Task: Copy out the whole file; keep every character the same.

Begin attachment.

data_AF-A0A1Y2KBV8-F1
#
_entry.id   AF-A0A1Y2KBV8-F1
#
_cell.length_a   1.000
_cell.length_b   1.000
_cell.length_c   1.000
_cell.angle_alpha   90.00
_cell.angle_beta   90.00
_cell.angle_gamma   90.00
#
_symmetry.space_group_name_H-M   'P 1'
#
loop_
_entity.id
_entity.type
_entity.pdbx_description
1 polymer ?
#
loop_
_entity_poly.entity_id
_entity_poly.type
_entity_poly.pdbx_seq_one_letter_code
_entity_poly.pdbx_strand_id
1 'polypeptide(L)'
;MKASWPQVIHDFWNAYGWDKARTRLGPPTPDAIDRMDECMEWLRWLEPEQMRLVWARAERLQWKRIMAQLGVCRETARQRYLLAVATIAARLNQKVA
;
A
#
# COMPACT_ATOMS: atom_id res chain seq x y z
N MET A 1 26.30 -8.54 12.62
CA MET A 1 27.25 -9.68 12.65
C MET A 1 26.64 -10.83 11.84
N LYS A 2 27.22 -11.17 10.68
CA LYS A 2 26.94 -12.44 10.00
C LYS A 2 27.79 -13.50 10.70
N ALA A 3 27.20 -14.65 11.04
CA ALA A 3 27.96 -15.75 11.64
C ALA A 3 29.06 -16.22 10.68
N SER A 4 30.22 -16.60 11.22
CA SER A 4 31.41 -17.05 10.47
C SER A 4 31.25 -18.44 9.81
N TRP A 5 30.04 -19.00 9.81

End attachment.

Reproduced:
data_AF-A0A1Y2KBV8-F1
#
_entry.id   AF-A0A1Y2KBV8-F1
#
_cell.length_a   1.000
_cell.length_b   1.000
_cell.length_c   1.000
_cell.angle_alpha   90.00
_cell.angle_beta   90.00
_cell.angle_gamma   90.00
#
_symmetry.space_group_name_H-M   'P 1'
#
loop_
_entity.id
_entity.type
_entity.pdbx_description
1 polymer ?
#
loop_
_entity_poly.entity_id
_entity_poly.type
_entity_poly.pdbx_seq_one_letter_code
_entity_poly.pdbx_strand_id
1 'polypeptide(L)'
;MKASWPQVIHDFWNAYGWDKARTRLGPPTPDAIDRMDECMEWLRWLEPEQMRLVWARAERLQWKRIMAQLGVCRETARQRYLLAVATIAARLNQKVA
;
A
#
# COMPACT_ATOMS: atom_id res chain seq x y z
N MET A 1 26.30 -8.54 12.62
CA MET A 1 27.25 -9.68 12.65
C MET A 1 26.64 -10.83 11.84
N LYS A 2 27.22 -11.17 10.68
CA LYS A 2 26.94 -12.44 10.00
C LYS A 2 27.79 -13.50 10.70
N ALA A 3 27.20 -14.65 11.04
CA ALA A 3 27.96 -15.75 11.64
C ALA A 3 29.06 -16.22 10.68
N SER A 4 30.22 -16.60 11.22
CA SER A 4 31.41 -17.05 10.47
C SER A 4 31.25 -18.44 9.81
N TRP A 5 30.04 -19.00 9.81